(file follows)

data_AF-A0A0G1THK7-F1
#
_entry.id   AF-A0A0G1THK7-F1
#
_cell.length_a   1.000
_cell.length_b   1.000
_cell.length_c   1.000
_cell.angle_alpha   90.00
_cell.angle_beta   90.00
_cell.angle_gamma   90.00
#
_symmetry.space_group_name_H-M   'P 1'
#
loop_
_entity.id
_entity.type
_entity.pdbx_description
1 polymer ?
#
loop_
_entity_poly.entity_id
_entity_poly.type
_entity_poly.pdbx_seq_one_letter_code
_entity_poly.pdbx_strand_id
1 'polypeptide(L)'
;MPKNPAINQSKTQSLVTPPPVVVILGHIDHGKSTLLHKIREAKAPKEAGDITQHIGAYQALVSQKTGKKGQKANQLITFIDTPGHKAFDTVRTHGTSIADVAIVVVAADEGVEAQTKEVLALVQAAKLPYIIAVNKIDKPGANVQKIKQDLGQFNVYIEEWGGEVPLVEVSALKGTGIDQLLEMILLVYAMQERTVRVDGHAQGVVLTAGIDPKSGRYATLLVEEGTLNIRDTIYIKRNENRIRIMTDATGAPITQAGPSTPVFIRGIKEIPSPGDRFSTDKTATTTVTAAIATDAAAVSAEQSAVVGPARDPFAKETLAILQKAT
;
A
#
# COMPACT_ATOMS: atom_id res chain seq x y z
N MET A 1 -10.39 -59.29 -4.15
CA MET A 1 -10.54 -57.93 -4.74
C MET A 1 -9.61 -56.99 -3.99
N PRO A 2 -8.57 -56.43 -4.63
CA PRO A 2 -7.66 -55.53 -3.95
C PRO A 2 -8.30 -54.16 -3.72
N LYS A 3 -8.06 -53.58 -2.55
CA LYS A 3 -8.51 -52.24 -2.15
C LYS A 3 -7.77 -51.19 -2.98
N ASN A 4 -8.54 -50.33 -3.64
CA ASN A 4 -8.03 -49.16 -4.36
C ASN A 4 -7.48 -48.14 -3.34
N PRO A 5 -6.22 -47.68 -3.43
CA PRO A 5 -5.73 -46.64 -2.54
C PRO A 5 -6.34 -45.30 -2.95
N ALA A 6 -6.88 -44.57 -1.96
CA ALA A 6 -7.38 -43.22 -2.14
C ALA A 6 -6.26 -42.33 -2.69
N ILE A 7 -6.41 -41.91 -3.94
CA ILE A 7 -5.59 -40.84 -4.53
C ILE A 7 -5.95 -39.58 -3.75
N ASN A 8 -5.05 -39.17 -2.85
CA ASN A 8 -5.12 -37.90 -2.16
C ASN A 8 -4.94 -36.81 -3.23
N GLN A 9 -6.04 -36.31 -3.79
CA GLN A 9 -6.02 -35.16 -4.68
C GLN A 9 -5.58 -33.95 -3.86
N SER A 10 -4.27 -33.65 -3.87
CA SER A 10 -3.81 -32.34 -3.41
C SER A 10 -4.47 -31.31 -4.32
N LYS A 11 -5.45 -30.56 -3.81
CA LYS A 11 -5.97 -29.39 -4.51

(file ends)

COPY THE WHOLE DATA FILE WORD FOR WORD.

data_AF-A0A0G1THK7-F1
#
_entry.id   AF-A0A0G1THK7-F1
#
_cell.length_a   1.000
_cell.length_b   1.000
_cell.length_c   1.000
_cell.angle_alpha   90.00
_cell.angle_beta   90.00
_cell.angle_gamma   90.00
#
_symmetry.space_group_name_H-M   'P 1'
#
loop_
_entity.id
_entity.type
_entity.pdbx_description
1 polymer ?
#
loop_
_entity_poly.entity_id
_entity_poly.type
_entity_poly.pdbx_seq_one_letter_code
_entity_poly.pdbx_strand_id
1 'polypeptide(L)'
;MPKNPAINQSKTQSLVTPPPVVVILGHIDHGKSTLLHKIREAKAPKEAGDITQHIGAYQALVSQKTGKKGQKANQLITFIDTPGHKAFDTVRTHGTSIADVAIVVVAADEGVEAQTKEVLALVQAAKLPYIIAVNKIDKPGANVQKIKQDLGQFNVYIEEWGGEVPLVEVSALKGTGIDQLLEMILLVYAMQERTVRVDGHAQGVVLTAGIDPKSGRYATLLVEEGTLNIRDTIYIKRNENRIRIMTDATGAPITQAGPSTPVFIRGIKEIPSPGDRFSTDKTATTTVTAAIATDAAAVSAEQSAVVGPARDPFAKETLAILQKAT
;
A
#
# COMPACT_ATOMS: atom_id res chain seq x y z
N MET A 1 -10.39 -59.29 -4.15
CA MET A 1 -10.54 -57.93 -4.74
C MET A 1 -9.61 -56.99 -3.99
N PRO A 2 -8.57 -56.43 -4.63
CA PRO A 2 -7.66 -55.53 -3.95
C PRO A 2 -8.30 -54.16 -3.72
N LYS A 3 -8.06 -53.58 -2.55
CA LYS A 3 -8.51 -52.24 -2.15
C LYS A 3 -7.77 -51.19 -2.98
N ASN A 4 -8.54 -50.33 -3.64
CA ASN A 4 -8.03 -49.16 -4.36
C ASN A 4 -7.48 -48.14 -3.34
N PRO A 5 -6.22 -47.68 -3.43
CA PRO A 5 -5.73 -46.64 -2.54
C PRO A 5 -6.34 -45.30 -2.95
N ALA A 6 -6.88 -44.57 -1.96
CA ALA A 6 -7.38 -43.22 -2.14
C ALA A 6 -6.26 -42.33 -2.69
N ILE A 7 -6.41 -41.91 -3.94
CA ILE A 7 -5.59 -40.84 -4.53
C ILE A 7 -5.95 -39.58 -3.75
N ASN A 8 -5.05 -39.17 -2.85
CA ASN A 8 -5.12 -37.90 -2.16
C ASN A 8 -4.94 -36.81 -3.23
N GLN A 9 -6.04 -36.31 -3.79
CA GLN A 9 -6.02 -35.16 -4.68
C GLN A 9 -5.58 -33.95 -3.86
N SER A 10 -4.27 -33.65 -3.87
CA SER A 10 -3.81 -32.34 -3.41
C SER A 10 -4.47 -31.31 -4.32
N LYS A 11 -5.45 -30.56 -3.81
CA LYS A 11 -5.97 -29.39 -4.51